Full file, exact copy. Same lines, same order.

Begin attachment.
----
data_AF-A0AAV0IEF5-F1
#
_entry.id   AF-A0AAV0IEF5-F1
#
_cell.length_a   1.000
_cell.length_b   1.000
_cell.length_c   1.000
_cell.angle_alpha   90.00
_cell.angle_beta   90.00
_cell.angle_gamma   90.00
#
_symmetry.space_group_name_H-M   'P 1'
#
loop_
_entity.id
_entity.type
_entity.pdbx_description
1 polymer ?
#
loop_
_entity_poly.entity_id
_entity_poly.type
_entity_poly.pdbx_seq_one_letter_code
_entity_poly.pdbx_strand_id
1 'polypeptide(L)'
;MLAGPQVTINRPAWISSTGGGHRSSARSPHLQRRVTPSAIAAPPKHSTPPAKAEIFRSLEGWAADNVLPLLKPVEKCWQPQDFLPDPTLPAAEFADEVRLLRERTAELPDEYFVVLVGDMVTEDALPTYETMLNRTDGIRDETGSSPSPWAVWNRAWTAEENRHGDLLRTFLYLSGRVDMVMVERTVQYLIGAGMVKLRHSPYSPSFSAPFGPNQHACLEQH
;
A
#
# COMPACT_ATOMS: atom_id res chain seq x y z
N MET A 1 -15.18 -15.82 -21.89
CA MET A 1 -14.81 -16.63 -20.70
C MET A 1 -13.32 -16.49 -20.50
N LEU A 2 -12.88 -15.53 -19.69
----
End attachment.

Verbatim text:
data_AF-A0AAV0IEF5-F1
#
_entry.id   AF-A0AAV0IEF5-F1
#
_cell.length_a   1.000
_cell.length_b   1.000
_cell.length_c   1.000
_cell.angle_alpha   90.00
_cell.angle_beta   90.00
_cell.angle_gamma   90.00
#
_symmetry.space_group_name_H-M   'P 1'
#
loop_
_entity.id
_entity.type
_entity.pdbx_description
1 polymer ?
#
loop_
_entity_poly.entity_id
_entity_poly.type
_entity_poly.pdbx_seq_one_letter_code
_entity_poly.pdbx_strand_id
1 'polypeptide(L)'
;MLAGPQVTINRPAWISSTGGGHRSSARSPHLQRRVTPSAIAAPPKHSTPPAKAEIFRSLEGWAADNVLPLLKPVEKCWQPQDFLPDPTLPAAEFADEVRLLRERTAELPDEYFVVLVGDMVTEDALPTYETMLNRTDGIRDETGSSPSPWAVWNRAWTAEENRHGDLLRTFLYLSGRVDMVMVERTVQYLIGAGMVKLRHSPYSPSFSAPFGPNQHACLEQH
;
A
#
# COMPACT_ATOMS: atom_id res chain seq x y z
N MET A 1 -15.18 -15.82 -21.89
CA MET A 1 -14.81 -16.63 -20.70
C MET A 1 -13.32 -16.49 -20.50
N LEU A 2 -12.88 -15.53 -19.69